Sharing information across organizational boundaries is central to efforts to improve government operations and services. However, creating the capability necessary to enable information sharing across the boundaries of organizations is among the most difficult types of information technology projects. New knowledge about information sharing is required; in particular, new understanding about how government, non-governmental and private sector organizations come together to share information is necessary. This chapter draws on the experiences of key actors in three states in the United States as they organized to create new capability to share information as part of their responses to the West Nile virus outbreaks. The cases highlight the gap between expectations and reality, providing opportunity to more fully understand the gaps between expectations (the hype) about ICTs and the reality facing government practitioners who seek to use ICTs to share information. Examining the cases in terms of four contexts of information integration and sharing provides a more specific understanding about the gaps between these expectations and the reality (after the hype). The lessons learned in the context of public health include the central role of information sharing and the implications of resource constraints on data capture and use capability in the context of an outbreak management and surveillance effort. Insight into the interdependence of system design and process support and improvement in the context of public health surveillance was also found to be critical to future planning of public health surveillance systems. This chapter serves to reemphasize to both researchers and practitioners the need to close the gap between expectations and reality; the point is made again through the cases that closing the gap depends on strategies that draw on technology, process, interorganizational, and political perspectives and resources.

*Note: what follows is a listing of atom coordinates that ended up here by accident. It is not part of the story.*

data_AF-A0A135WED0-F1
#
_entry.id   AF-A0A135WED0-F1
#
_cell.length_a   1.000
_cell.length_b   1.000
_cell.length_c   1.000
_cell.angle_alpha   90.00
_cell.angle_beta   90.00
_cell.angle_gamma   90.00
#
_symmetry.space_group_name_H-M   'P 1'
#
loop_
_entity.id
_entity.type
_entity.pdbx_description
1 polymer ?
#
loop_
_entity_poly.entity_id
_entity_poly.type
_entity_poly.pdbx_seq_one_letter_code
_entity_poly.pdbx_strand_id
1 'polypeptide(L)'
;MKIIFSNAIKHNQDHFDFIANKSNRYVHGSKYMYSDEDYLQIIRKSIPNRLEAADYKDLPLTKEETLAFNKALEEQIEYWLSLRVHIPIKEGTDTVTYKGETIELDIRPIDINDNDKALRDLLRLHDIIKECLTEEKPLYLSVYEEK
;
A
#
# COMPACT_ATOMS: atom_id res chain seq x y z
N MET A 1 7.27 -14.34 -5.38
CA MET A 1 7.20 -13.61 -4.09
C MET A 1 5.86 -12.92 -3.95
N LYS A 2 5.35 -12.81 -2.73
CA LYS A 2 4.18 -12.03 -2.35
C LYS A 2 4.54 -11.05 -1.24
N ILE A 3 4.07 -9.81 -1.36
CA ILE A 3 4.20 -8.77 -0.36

In H. Chen, L. Brandt, V. Gregg, R. Traunmüller, S. Dawes, E. Hovy, A. Macintosh, & C. A. Larson (Eds.),Digital government: Advanced research and case studies, and Implementation.pp.421-438.New York: Springer .
Information is one of the most valuable resources in government. Government managers are finding however, that information needed to plan, make decisions, and act is often held outside their own organizations, maintained in disparate formats, and used for widely different purposes. Efforts to bring this data together across boundaries have provided new understanding into just how difficult cross-boundary information sharing is. Finding ways to bring together information and integrate it for use in solving pressing public problems is fast becoming a focus of attention for digital government practitioners and researchers alike. This chapter reports on one such study1 of cross-boundary information integration that revealed three important lessons for creating and sustaining cross-boundary information sharing: 1) interoperability is key, 2) a shift in agency culture is necessary, and 3) the role of policymakers is central to this type of project. Four recommendations for action derived from the case studies are presented as well. Government executives and policy-makers need to ensure the creation of enterprise-wide mechanisms and capabilities such as (1) governance structures, (2) resource allocation models, (3) scalable strategies, and (4) non-crisis capacity.

In M. Khosrow-Pour (Ed.),Annals of Cases on Information Technology, Vol 7 .Hershey PA: Idea Publishing Group.

In W. Huang & K. Siau & K. K. Wei (Eds.),Electronic Government Strategies and Implementations .Hershey PA: Idea Publishing Group.

Global ICT Agenda 2002, #1.40-41.London: Quasar International Communications.

In Keyes, J., (ed.),Technology Trendlines .New York: VanNostrand Reinhold.

in W. McIver and A.K. Elmagarmid (Eds.),Advances in Digital Government: Technology, Human Factors, and Policy .NewYork: Kluwer.